I had been slightly concerned about having enough time, because of wanting to do 3 different exercises, but my spot was so close to the Casa da Cultura (the symposium's base-camp) that we got there in a couple of minutes, so I even had a little time left over at the end of the workshop and squeezed in an impromptu demo of how to use the watercolour pencils, by drawing one of the group Ievgen:



He was one of the symposium's sponsors, from PenUp:





At the end, we took this lovely group shot. Big smiles all round. Excellent.


After lunch, I met group number 2 back at the Casa de Cultura. But as soon as we got outside, we realised we had a problem. Though my spot was just around the corner, there was no crossing the road - it was like Venice!


Now, we had already noticed that Paraty has an unusual relationship with the tides. The streets are all created from huge stones and dip in the middle, enabling the sea to flow in and out. This would originally have been a great way to clean the streets twice daily.

This is more how it usually looks at high tide, an easy paddle, with crossing places at high points:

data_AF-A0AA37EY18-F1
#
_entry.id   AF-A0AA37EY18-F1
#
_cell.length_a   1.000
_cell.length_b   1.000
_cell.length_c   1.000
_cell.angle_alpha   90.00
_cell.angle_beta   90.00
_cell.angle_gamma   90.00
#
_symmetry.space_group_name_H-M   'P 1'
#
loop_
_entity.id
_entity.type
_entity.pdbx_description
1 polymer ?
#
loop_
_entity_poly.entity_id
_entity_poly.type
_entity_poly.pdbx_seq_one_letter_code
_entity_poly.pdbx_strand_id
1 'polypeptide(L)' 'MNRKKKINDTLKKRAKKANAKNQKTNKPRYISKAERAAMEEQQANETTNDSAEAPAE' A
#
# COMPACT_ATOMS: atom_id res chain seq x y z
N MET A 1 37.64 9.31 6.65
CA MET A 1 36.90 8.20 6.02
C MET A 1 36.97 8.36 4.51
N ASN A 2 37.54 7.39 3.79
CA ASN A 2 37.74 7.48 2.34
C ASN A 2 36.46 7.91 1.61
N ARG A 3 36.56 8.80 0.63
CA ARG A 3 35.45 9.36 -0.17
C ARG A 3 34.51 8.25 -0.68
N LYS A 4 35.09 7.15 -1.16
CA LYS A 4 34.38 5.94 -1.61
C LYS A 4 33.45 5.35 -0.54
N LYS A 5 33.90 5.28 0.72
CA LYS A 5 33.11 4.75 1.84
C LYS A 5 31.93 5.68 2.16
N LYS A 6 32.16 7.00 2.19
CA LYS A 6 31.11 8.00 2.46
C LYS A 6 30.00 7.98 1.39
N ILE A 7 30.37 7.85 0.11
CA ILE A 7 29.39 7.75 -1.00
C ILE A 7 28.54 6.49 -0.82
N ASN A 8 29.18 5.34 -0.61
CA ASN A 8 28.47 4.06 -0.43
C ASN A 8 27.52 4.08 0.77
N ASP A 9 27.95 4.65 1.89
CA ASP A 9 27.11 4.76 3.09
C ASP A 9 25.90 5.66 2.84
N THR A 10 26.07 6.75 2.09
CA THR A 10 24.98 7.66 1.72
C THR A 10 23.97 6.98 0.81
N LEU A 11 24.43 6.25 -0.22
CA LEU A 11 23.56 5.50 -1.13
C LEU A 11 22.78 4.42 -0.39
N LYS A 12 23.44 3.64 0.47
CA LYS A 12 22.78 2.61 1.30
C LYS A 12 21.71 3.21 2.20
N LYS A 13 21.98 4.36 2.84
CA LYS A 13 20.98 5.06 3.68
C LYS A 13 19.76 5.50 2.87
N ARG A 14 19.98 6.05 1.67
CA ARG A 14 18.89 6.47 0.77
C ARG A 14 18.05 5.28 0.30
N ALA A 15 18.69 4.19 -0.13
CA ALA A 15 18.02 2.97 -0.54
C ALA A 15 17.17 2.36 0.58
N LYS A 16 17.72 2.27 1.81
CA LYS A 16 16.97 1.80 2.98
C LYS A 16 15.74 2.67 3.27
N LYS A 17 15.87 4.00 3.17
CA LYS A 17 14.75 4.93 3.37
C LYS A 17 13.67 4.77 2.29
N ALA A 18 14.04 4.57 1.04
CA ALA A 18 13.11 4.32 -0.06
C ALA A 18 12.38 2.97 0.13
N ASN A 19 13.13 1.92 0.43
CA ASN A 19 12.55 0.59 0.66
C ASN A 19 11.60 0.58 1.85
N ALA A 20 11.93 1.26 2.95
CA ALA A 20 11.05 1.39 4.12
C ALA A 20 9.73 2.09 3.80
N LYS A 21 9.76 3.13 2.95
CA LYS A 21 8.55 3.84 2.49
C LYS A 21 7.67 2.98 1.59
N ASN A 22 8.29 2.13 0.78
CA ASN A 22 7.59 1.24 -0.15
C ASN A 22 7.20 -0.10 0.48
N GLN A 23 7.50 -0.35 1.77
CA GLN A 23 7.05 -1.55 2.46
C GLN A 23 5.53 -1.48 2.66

But that day there was a freak, extra-high tide and things went a bit crazy. All the instructors were in the same boat, trailing crocodiles of sketchers down the narrow pavements, trying to find a way to get to where they needed to be:


It took my group about 15 minutes and in the end involved us walking along the top of a narrow harbour wall, an inch under-water in places, with sea either side! The sky was about to burst again, so we headed back to the fish market. I did my quickie demo again, then people got painting. A few worked out on the grass, but we suddenly realised: the water was still rising and they were now cut off from the rest of us!